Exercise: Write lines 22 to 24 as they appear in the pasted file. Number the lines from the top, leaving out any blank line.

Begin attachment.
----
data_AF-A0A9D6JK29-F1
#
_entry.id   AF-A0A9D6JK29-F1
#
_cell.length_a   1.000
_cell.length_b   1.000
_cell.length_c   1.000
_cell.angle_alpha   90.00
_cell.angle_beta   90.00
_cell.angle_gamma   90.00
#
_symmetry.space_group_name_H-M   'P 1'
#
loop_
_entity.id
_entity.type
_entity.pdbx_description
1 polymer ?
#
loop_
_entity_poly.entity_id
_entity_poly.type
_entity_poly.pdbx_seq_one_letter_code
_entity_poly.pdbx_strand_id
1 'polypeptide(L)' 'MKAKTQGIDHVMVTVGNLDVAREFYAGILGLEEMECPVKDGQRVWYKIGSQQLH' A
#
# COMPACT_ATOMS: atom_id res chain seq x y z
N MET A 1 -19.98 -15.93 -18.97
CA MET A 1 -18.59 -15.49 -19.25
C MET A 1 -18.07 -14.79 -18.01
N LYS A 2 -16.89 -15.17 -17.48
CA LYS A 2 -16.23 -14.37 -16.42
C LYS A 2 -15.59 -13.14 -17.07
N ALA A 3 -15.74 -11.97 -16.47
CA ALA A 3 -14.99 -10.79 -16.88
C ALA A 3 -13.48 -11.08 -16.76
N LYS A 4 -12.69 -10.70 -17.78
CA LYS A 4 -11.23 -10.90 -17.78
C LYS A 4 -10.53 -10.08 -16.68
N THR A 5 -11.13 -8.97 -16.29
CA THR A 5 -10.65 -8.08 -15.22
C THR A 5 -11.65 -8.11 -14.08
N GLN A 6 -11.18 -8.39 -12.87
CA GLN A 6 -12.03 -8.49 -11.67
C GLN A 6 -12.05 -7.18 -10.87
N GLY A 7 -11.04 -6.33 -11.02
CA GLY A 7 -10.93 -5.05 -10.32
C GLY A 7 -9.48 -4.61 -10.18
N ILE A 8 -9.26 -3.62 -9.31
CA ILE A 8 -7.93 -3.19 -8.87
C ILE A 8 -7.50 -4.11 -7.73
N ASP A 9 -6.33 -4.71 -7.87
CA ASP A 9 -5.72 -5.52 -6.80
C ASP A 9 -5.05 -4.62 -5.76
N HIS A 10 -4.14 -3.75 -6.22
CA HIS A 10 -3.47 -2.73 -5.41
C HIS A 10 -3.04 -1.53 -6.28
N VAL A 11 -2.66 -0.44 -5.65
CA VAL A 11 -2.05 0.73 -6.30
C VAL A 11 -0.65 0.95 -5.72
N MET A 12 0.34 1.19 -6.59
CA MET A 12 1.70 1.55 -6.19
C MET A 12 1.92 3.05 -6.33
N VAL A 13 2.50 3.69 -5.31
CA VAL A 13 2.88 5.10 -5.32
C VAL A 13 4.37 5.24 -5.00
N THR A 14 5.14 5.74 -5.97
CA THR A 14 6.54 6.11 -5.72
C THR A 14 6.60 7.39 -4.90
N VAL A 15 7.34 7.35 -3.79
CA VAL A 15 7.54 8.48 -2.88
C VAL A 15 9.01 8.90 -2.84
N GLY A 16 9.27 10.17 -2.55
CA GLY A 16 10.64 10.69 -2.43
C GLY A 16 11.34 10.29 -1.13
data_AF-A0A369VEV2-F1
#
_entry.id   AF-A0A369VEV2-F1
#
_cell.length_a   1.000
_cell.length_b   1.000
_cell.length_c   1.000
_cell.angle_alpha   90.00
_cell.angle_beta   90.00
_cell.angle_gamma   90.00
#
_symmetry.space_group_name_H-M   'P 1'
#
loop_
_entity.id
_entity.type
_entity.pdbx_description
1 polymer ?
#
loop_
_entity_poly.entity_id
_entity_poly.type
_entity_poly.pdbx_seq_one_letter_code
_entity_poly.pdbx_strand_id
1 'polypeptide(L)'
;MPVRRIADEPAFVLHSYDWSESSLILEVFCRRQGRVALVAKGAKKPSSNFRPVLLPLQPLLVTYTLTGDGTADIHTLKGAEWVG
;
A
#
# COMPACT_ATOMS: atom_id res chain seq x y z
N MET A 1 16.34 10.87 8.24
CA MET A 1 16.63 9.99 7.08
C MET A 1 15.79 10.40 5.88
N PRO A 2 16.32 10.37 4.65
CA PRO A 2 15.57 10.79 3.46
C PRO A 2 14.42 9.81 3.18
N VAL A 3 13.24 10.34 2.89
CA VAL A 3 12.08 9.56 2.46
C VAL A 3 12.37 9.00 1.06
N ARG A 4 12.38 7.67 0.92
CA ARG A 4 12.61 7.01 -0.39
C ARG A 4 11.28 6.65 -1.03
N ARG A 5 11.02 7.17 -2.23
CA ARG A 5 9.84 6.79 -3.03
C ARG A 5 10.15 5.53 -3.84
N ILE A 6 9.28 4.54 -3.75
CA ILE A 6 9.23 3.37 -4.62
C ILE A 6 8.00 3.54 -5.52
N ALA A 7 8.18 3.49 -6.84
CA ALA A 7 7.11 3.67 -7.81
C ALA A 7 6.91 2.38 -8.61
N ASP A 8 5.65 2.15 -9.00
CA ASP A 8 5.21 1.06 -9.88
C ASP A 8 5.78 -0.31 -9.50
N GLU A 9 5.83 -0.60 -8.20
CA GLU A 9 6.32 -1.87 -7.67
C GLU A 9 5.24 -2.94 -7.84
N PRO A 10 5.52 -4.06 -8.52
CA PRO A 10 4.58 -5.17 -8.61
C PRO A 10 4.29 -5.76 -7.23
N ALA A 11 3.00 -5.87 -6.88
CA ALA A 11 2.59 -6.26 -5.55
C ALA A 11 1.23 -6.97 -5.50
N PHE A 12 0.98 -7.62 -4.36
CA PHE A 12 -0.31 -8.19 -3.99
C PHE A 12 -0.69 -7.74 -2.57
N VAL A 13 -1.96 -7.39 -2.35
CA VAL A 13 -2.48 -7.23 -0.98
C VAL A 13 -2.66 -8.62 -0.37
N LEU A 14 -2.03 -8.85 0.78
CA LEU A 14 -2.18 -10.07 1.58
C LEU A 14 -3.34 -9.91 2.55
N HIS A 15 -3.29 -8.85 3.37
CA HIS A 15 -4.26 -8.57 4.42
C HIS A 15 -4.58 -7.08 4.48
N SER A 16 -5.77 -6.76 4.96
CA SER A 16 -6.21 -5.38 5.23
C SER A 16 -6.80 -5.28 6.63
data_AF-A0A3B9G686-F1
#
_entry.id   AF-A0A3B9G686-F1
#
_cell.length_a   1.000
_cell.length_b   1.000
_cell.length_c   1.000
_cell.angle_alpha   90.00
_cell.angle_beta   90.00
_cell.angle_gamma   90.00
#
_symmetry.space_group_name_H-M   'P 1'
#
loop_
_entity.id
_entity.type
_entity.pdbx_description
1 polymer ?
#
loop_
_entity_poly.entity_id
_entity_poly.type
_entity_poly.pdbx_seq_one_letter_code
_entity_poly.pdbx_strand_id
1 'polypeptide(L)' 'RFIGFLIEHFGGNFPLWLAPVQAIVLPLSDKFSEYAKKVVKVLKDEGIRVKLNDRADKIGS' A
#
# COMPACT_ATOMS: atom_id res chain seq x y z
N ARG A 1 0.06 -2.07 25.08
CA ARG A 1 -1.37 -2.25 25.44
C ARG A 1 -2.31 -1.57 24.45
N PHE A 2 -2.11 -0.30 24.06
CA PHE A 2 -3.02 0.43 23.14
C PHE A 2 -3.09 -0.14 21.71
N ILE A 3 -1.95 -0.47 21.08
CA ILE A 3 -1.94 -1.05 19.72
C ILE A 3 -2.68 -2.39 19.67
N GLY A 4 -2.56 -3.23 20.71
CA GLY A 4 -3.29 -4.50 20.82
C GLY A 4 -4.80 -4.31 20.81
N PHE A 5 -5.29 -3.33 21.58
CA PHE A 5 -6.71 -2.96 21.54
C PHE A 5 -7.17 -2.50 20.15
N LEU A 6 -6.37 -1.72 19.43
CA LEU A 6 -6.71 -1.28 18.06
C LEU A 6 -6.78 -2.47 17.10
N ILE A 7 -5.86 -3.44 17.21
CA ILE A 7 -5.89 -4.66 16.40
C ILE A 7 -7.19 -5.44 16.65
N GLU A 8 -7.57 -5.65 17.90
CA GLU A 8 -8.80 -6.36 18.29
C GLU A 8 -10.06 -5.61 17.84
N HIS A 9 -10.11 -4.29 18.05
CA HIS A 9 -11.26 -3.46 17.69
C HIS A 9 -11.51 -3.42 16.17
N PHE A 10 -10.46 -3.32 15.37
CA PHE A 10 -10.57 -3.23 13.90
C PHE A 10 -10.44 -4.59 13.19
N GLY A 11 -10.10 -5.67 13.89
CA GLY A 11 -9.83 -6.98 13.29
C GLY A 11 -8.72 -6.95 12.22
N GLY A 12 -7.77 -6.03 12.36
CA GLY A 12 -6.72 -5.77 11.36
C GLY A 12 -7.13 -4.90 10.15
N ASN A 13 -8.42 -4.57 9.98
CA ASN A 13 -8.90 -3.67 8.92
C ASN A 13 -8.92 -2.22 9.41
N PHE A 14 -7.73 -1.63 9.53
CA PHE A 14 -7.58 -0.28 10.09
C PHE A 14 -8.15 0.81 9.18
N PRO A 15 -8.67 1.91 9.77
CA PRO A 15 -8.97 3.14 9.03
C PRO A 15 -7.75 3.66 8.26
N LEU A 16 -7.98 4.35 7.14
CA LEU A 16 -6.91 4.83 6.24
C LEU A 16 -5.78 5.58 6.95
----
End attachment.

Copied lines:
_entity_poly.type
_entity_poly.pdbx_seq_one_letter_code
_entity_poly.pdbx_strand_id